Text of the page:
Economics, Literature and Scepticism

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I am a PhD student in Economics. I am originally from South Africa and plan to return there after my PhD. I completed my M. Comm in Economics and my MA In Creative Writing (Poetry) at the University of Cape Town, where I worked as a lecturer before starting my PhD.

Tuesday, September 11, 2007

Where’s My Trickle?

Posted by Simon Halliday | Tuesday, September 11, 2007 | Category: |

So I was reading Paul Krugman’s Op-Ed today. He was talking about how the tax cuts in the US are meant to have affected your every day middle-class American. You can see the article at the following URL, or email me and I’ll put it up (though the NY Times may be a hater if I do that) I stole his title 'Where's my trickle?' it was too catchy not to use it!

Anyway, I thought about how apt this is for South Africa. One of the reasons that people have been rioting on the N2 is because they are basically wondering “Where is my trickle?” Probably in stronger language that that, and quite probably not as astutely stated, but that’s basically what they want to know. They want to know where their houses, high quality services and access to better quality education all are. They want to know “Why are we still so poor?” Now, I’d be the first to say that policy takes a while to have an effect on actual outcomes, but there are numerous examples world-wide of projects that have worked for the poor and done so within a relatively short period of time.

A much-quoted and referred to example is Mexico’s PROGRESA project (now Opportunidades), that targeted poor families and was run as a randomized evaluation pilot project for the now larger scale Opportunidades. What made this program so important was that it offered a conditional cash grant rather than just a random ‘here-you-go’ grant (As an aside: PROGRESA targeted women in the household, you don’t need to be a genius to realize why). As a consequence, children’s school attendance, test scores, health outcomes, nutrition and other outcomes improved. Once more, this requires massive bureaucratic buy-in and competent individuals on the ground monitoring and evaluating what people are doing. Note too that there is evidence that simply monitoring schools by government has a positive effect – not only monitoring student attendance, but monitoring teacher inputs (basically just checking whether they arrive to teach!).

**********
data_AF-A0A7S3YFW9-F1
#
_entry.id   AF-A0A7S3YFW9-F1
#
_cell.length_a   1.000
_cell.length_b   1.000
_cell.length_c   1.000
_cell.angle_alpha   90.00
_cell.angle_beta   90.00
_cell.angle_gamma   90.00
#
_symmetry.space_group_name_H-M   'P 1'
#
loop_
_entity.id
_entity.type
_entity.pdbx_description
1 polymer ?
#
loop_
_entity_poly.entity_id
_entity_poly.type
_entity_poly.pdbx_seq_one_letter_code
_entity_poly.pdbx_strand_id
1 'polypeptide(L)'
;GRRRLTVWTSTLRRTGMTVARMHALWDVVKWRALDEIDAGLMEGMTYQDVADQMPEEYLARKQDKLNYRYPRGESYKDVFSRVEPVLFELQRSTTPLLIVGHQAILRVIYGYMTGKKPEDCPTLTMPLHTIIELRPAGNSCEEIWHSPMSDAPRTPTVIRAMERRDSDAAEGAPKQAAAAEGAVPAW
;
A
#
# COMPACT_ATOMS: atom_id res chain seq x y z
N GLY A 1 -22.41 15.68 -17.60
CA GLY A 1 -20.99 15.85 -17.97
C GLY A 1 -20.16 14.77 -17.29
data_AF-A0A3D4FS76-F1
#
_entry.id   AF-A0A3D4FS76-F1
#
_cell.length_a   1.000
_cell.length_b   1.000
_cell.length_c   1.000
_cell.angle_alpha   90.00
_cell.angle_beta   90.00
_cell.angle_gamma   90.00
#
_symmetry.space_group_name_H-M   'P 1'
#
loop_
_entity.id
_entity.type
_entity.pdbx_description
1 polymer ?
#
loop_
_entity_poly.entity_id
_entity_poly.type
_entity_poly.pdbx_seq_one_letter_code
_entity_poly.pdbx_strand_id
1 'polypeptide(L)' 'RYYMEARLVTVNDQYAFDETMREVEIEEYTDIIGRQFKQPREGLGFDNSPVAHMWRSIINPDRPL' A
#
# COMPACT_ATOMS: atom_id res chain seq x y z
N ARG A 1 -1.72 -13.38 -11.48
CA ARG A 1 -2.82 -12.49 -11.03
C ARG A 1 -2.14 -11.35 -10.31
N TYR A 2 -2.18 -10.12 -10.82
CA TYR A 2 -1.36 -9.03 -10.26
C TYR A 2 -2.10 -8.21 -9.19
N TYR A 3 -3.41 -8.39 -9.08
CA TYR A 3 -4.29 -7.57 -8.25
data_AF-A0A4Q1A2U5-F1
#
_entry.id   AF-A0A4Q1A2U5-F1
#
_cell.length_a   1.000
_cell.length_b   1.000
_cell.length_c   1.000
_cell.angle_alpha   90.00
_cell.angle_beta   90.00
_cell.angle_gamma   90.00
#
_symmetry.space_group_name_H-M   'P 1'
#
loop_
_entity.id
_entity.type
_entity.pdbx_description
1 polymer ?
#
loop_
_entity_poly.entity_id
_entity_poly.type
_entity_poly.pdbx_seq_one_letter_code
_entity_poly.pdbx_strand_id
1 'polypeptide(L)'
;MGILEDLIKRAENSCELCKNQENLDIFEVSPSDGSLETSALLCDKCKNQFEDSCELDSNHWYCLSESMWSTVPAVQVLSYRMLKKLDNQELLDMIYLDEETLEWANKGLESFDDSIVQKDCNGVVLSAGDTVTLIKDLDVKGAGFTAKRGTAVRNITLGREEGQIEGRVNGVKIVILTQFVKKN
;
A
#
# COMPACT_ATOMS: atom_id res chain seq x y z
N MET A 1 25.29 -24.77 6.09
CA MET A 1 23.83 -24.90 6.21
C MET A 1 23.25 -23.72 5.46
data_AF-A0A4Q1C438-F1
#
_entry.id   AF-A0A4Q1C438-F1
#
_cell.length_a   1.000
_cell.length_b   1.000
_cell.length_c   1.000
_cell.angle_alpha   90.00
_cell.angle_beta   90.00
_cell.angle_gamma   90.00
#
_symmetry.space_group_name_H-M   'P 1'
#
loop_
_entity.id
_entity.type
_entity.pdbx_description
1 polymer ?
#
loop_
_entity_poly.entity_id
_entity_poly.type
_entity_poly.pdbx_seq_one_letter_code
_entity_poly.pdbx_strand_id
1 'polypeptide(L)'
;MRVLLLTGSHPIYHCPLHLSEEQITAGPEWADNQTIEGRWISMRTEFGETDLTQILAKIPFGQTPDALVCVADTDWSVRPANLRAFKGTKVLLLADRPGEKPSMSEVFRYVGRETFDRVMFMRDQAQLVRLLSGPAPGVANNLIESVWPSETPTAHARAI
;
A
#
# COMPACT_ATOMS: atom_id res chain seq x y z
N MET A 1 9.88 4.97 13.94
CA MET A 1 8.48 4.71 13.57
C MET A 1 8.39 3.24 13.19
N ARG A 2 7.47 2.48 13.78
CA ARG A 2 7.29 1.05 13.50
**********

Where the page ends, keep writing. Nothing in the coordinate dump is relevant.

What astounds me is that we haven’t had something similar to this put in place in South Africa. Why don’t we hear of more pilot projects by government to implement poverty-alleviating policies? Why don’t we go to individual families directly and give them their ‘trickle’, rather than telling them that they’ll eventually be affected by policies that benefit those who are already rich and who don’t really need that great an incentive to get richer? Why aren’t there more incentive-compatible policies put in place to ensure that families act in such a way that they will be less likely to remain in poverty, rather than reinforcing behaviours and conduct that isn’t going to help the current generations or those that follow? I don’t get it.

Personally, I’m not too worried about where my trickle is – in fact I’ve probably received one or two immoral trickles as a direct consequence of apartheid. I don’t need policies to help me directly. But the poor in our country desperately do. They need something and they need it now. They need government to affect their lives directly in such a way that government is doings its best to help them, and also to help them help themselves. Anyway, enough. Read the Krugman. Read Duflo’s article on monitoring (I can provide the reference if you want it). Google papers on PROGRESA there are loads. Arrivedeci, Si.

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